2. And then opening your eyes softly, slowly, gently. Have the gaze looking down, maybe four or five feet in front of you. Relax the eyes. Soften the gaze. Cultivate that sense of receiving through the eyes. Ideally, you have a wide-angle vision, so you’re seeing peripherally and everything in between: a wide-angle view. And in this practice, try not to lose touch with the sense of your body sitting, with the sense of your breath and the sounds. We’re just adding this important layer of experience of seeing, becoming aware of what it is you’re seeing: color, light, shape, form. We’re seeing and being aware of seeing—being mindful that seeing is happening. 
  3. Now I’m going to invite you to shift your gaze from the lowered-gaze position to just looking straight ahead. Notice how that changes your experience. The more we lift the eyes, the more energizing the practice. And then shifting your gaze again, so you’re looking upwards at the sky, at the canopy, at the ceiling, stars. And again, noticing how that changes the energy, your attention. 
  4. And then letting your gaze rest wherever is most comfortable, which is often just below the horizon: looking straight ahead, but a little down. As we lower the gaze, it relaxes the eyes, it relaxes the nervous system; it supports a little more concentration. 
  5. If you find in this practice the eyes are getting tired, or you’re getting distracted by the visual field, then take a moment to close your eyes. Feel your breath. Sense your body, wherever your body is touching the ground. 
  6. And then, in your own time, open the eyes again. Soft gaze. Relaxed. Seeing and aware of seeing. As you do this, particularly when doing this outside, be aware of how the visual field affects you, touches you—the color, the light, the forms—how it can support staying really connected and tethered to the present moment. 
  7. And as you bring this practice to a close, again, just noticing the impact or the influence of this practice. 

As we deepen in our meditation practice, we learn to use a variety of methods, tools, techniques, practices—it’s like we’re building a toolkit. So, we have a wider range of resources to draw on, depending on where we are and what’s needed.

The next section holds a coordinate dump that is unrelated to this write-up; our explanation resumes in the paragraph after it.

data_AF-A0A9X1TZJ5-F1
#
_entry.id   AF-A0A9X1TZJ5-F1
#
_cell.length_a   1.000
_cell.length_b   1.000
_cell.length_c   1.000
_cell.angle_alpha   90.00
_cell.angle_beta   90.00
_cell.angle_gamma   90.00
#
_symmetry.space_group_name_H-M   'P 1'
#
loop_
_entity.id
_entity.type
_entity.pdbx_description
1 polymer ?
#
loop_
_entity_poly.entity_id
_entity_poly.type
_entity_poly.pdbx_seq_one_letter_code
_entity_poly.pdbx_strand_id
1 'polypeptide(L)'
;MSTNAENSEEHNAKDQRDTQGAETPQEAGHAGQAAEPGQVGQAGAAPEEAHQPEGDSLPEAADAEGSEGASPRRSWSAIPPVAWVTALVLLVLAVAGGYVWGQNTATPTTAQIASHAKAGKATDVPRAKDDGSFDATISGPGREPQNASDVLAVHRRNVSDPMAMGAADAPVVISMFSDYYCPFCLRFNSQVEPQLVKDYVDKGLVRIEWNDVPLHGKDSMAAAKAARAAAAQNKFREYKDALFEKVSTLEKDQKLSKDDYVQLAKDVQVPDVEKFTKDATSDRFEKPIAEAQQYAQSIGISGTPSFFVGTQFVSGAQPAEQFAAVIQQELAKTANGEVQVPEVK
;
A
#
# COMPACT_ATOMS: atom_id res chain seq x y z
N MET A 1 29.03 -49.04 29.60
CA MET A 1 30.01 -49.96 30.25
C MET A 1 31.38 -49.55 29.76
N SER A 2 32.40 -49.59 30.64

The practice of seeing meditation, then, this soft-gaze practice, as I like to call it, is one of those practices in your tool bag that you can use—particularly when you’re in situations where it’s not appropriate to sit, eyes closed, in meditation. For example, if you’re in the office, or at a conference. 

But you can do this practice where you simply lower your gaze and cultivate this quality of attuned attention through seeing. And it’s a lovely support for this quality of meditative awareness that we can develop through mindfulness.

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About the author

Mark Coleman

Mark Coleman is a Dharma teacher at Spirit Rock and has taught Insight Meditation retreats since 1997 worldwide. Mark is passionate about integrating meditation and nature and leads wilderness retreats through his organization Awake in the Wild and runs annual Nature Meditation teacher trainings. Cofounder of the Mindfulness Training Institute, Mark coeads year-long mindfulness teacher trainings in Europe and the US. He is author of Awake in the Wild: Mindfulness in Nature as a Path of Self-Discovery and Make Peace With Your Mind and his recent book From Suffering to Peace. He lives in Sausalito, Marin and likes nothing more than hiking, biking, and kayaking in the outdoors. Find out more at markcoleman.org